How uni can help you expand your professional network
Uni is fertile ground for new networks and collaborations. We talk to an expert about how to make the most of your new network.
You’re at uni to upskill and expand your professional horizons - but the connections you make along the way can be just as valuable as your course material.
“Uni is probably as good an opportunity as you’ll get to meet people,” says Brad Potter, an Associate Professor in accounting from the Faculty of Business and Economics and a Director of the Centre for Accounting and Industry Partnerships.
“You’re all from different backgrounds, and you’re all put into the same area and you’ve got a common goal for being there,” he says. “You never know what opportunities are going to arise.”
Potter’s career in accounting spans over two decades, in both the private sector and academia. Potter knows better than most how to build a network and make connections and collaborations. They can come from your classmates, or from less likely places. Case in point: Potter’s groundbreaking work with Professor Ian Woodrow, from the Science Faculty’s School of BioSciences, a unique collaboration mixing plant biology with accountancy techniques.
We sat down with Potter and asked for a few pointers on how to make the most of the opportunities.
For Potter, it all starts with making genuine connections.
“Authenticity is the key,” says Potter. “If you’re genuinely interested in people, that creates a foundation for you to expand your network for mutual benefit later on. I don’t personally react all that well when people come at me clearly just for the purpose of expanding their network.”
“Understanding where people are coming from can really set the scene for building a network that might extend in ways beyond what you currently understand,” says Potter.
Potter recalls his undergrad days as a social experience where he made friends for life. That’s not an option for everybody, particularly busy professionals and online students. But if you can make it to campus, Potter says class isn’t everything.
“It’s more likely to occur at events, like Student Association events,” he says. “Students routinely get invited to them. Make the most of it.”
Build your online community
Online students have great opportunities to interact with their peers, with the added benefit of a student body from all over Australia and beyond.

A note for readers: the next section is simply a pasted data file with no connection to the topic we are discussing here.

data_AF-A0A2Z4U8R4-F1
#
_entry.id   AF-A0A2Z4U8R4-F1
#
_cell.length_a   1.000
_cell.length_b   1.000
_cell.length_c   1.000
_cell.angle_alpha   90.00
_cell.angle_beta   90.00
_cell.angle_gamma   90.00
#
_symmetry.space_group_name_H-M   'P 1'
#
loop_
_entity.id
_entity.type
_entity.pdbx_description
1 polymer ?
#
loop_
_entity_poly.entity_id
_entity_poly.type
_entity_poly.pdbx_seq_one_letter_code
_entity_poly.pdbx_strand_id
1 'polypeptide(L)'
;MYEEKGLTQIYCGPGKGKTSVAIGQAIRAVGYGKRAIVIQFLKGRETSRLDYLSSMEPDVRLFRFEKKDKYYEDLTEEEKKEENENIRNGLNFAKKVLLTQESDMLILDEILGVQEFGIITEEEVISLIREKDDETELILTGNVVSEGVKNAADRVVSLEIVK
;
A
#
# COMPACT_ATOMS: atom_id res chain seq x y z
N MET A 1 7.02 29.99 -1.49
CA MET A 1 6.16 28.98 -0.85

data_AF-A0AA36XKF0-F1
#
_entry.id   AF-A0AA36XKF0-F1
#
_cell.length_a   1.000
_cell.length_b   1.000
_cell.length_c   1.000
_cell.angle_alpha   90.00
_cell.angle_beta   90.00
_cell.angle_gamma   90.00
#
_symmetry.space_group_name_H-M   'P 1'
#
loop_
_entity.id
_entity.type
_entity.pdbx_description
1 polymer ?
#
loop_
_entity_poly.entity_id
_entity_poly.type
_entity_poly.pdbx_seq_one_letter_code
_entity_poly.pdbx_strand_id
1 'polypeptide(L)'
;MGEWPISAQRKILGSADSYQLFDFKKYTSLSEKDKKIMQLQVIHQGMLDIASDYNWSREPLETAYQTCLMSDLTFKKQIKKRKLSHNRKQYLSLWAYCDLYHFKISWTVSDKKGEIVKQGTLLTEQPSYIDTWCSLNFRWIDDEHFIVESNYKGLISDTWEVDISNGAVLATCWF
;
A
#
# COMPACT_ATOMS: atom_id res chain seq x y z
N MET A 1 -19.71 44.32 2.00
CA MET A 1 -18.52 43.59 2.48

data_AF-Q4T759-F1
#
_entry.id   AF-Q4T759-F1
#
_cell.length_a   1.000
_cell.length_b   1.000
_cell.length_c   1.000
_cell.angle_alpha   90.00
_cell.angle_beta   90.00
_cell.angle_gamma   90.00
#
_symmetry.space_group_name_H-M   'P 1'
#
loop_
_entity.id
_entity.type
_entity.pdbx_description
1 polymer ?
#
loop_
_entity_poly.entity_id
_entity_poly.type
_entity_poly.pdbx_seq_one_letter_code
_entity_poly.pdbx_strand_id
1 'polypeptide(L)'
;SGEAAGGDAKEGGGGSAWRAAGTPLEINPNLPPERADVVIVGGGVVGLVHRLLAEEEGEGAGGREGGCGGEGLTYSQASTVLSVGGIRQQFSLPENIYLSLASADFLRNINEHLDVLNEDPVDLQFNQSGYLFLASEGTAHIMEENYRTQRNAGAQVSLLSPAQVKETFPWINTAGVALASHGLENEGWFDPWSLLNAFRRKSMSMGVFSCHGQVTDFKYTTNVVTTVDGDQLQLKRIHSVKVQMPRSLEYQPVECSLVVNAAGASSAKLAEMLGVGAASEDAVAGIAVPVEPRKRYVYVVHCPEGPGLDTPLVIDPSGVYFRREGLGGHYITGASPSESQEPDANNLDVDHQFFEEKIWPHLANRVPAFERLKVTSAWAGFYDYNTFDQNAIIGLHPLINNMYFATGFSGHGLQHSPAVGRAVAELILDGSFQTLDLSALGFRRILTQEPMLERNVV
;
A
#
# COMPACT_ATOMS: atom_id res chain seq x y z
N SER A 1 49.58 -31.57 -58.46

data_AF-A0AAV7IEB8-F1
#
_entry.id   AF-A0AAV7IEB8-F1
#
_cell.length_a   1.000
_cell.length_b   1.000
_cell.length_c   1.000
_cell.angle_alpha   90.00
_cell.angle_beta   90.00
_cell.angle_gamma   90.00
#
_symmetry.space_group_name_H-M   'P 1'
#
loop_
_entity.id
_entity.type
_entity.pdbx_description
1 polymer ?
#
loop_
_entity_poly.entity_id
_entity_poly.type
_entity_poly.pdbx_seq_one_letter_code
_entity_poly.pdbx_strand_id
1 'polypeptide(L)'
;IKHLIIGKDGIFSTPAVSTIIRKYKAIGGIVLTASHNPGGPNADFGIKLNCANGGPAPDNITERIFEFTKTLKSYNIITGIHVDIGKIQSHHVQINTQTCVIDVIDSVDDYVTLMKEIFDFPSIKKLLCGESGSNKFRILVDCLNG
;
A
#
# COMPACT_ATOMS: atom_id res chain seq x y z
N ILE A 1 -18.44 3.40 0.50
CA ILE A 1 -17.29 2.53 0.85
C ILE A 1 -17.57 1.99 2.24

Potter has done a lot of teaching online, and says relationships built in the digital realm can be just as fruitful as face-to-face interactions.
“Naturally there are some hurdles,” says Potter. “But a lot of teachers will try to make as natural an environment as possible. You still see the students that are open t
o making connections.”
Potter says that the key difference is that students need to be a bit more proactive. “We can create the opportunities, but they have to take control,” he says. “Online students are very busy, with families and work, but they’re often older and wiser. It’s a juggling act, but you can make it work.”
Use LinkedIn wisely
LinkedIn is the global benchmark in online social media networking, and can do wonders for expanding your network and identifying opportunities. But Potter stresses that you should use it wisely.
“You take one graduate class and you’ve got 45 LinkedIn requests, and that’s completely fine.” says Potter. He’s sceptical of people adding him on LinkedIn without a good mutual reason.
“Personally, I go cold a little bit when I get all of these people who have gone through LinkedIn and added me, who I’ve never met, and I’m never going to meet,” he says. “If there’s no indication of a mutual reason for connecting, that to me, is not the way to expand your network. That to me, is like cold calling.”
Like any social media platform, LinkedIn is all about your personal brand. Build it carefully.
Potter is a firm believer in mentoring.
“I still have mentors now,” says Potter. “I have people who’s advice I seek out and respect. I would encourage everybody to consider mentoring. If it’s a genuine exchange of ideas, it’s really useful. If you surround yourself with people who you respect, and ideally who are smarter than you, you end up being the smartest guy in the room.”
Get to know your teachers
Teachers at the University of Melbourne are renowned experts with strong industry connections. Needless to say, they’re a great connection to have.
“Where students are interested, engaged and naturally curious, staff will respond,” says Potter. “They really will. It’s not uncommon for people to graduate and then stick around the department.”
Potter says a good relationship with your teachers could lead to part-time teaching, and continued professional collaboration.
Remember, it’s about people
Potter’s biggest take-home advice is to remember that making connections isn’t just about building your career - it has to start with people.
“So make sure you surround yourself with smart people, and learn and appreciate who’s around you,” says Potter.
“You never know where friendships are going to take you.”